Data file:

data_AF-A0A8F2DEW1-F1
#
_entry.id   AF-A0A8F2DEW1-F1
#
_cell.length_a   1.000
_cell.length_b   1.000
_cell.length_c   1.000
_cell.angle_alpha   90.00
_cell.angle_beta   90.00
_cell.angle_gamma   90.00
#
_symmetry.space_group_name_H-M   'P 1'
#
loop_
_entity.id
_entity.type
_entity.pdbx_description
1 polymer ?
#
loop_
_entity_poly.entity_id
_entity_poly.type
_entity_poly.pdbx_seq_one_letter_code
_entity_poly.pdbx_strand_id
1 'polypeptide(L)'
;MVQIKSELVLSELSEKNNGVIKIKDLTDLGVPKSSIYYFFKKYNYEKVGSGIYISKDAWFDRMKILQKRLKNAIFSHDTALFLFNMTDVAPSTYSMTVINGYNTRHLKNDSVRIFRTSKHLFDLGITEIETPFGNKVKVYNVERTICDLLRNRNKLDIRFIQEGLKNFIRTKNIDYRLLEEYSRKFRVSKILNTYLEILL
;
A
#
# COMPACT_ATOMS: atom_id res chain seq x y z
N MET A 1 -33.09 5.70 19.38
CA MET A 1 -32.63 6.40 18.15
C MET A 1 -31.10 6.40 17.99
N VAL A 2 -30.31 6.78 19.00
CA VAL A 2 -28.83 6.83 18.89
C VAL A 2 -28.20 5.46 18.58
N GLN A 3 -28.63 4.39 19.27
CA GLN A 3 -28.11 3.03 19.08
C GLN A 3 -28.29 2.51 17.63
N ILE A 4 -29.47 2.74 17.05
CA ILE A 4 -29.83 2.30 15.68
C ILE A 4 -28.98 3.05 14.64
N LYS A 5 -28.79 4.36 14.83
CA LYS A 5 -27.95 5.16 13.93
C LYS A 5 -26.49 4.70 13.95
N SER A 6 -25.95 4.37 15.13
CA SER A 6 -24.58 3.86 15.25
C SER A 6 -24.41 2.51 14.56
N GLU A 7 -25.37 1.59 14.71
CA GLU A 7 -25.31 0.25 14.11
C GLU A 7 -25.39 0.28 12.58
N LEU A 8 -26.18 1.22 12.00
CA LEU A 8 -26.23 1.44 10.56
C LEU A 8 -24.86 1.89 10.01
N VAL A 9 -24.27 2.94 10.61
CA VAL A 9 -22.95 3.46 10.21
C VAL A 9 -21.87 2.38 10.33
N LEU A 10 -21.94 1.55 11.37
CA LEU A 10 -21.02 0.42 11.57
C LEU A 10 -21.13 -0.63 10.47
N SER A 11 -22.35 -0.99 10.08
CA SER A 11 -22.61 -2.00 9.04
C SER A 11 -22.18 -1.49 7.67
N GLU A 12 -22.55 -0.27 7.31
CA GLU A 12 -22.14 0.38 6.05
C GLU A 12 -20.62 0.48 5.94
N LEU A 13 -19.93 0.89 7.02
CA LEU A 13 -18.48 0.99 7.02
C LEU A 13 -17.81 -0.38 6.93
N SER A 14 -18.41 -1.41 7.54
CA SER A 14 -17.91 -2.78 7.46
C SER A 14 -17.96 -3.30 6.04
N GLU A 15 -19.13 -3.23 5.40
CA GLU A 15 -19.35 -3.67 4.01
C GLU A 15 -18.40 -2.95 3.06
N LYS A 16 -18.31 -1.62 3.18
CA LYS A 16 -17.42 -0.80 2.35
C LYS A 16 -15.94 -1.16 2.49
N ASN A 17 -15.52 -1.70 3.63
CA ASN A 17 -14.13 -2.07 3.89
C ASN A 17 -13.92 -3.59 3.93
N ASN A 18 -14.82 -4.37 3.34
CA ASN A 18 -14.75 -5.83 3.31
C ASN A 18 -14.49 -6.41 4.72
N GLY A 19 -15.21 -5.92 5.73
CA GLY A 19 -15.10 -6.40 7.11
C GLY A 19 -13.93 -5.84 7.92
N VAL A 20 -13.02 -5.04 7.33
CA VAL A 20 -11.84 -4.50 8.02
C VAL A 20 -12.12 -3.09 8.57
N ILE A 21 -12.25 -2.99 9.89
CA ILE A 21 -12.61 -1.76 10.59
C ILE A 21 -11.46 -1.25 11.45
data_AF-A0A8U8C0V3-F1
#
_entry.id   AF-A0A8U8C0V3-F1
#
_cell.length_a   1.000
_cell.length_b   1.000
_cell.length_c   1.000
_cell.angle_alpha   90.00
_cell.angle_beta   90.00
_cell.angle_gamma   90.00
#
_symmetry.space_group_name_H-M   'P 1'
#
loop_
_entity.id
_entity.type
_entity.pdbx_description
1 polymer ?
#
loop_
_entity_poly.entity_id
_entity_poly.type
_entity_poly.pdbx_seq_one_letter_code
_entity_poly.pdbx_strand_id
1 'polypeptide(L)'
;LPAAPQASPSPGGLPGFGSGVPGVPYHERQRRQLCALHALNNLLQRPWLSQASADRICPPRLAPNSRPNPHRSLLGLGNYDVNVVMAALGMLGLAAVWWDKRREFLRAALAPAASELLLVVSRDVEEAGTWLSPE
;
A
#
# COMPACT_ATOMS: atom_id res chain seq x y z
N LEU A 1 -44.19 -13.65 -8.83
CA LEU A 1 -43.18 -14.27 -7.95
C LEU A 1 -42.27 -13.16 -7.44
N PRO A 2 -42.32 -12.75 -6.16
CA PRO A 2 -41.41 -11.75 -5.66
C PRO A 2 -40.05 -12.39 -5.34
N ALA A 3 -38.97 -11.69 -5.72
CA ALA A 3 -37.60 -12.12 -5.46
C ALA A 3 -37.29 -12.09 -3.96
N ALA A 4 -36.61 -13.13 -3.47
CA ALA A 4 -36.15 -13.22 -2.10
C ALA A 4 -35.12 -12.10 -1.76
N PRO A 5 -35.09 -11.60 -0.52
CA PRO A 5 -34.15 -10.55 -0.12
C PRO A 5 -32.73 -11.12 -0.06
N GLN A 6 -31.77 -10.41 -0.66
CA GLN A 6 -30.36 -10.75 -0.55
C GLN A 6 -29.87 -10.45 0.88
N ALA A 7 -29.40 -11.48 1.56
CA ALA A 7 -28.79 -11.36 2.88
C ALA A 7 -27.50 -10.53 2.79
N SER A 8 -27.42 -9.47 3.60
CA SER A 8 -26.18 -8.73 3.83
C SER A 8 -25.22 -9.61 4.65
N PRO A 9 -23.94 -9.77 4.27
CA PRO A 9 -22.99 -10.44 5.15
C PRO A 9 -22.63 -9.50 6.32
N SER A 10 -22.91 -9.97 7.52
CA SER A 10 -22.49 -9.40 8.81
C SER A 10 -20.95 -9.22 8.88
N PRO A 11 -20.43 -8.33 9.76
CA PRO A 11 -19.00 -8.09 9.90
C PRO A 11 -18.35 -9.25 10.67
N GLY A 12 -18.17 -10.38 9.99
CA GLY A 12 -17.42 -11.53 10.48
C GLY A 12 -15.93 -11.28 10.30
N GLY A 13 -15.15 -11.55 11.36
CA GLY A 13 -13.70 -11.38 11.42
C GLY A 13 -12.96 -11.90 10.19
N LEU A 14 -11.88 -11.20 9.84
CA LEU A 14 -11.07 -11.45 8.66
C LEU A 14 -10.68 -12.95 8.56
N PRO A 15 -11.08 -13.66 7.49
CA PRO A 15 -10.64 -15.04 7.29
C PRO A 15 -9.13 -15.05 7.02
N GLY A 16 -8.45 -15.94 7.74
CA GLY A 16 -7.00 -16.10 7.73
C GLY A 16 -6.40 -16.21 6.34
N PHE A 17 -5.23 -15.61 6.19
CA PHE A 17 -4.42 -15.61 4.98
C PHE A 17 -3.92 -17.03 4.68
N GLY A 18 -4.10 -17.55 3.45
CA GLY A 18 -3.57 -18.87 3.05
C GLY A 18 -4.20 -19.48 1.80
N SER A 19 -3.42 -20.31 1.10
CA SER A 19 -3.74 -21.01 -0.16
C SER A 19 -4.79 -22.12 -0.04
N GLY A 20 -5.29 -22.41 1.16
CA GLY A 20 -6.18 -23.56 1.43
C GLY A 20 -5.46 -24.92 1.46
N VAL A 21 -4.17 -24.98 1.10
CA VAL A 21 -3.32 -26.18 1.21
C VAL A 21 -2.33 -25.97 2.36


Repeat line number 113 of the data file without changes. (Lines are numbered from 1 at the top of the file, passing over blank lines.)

loop_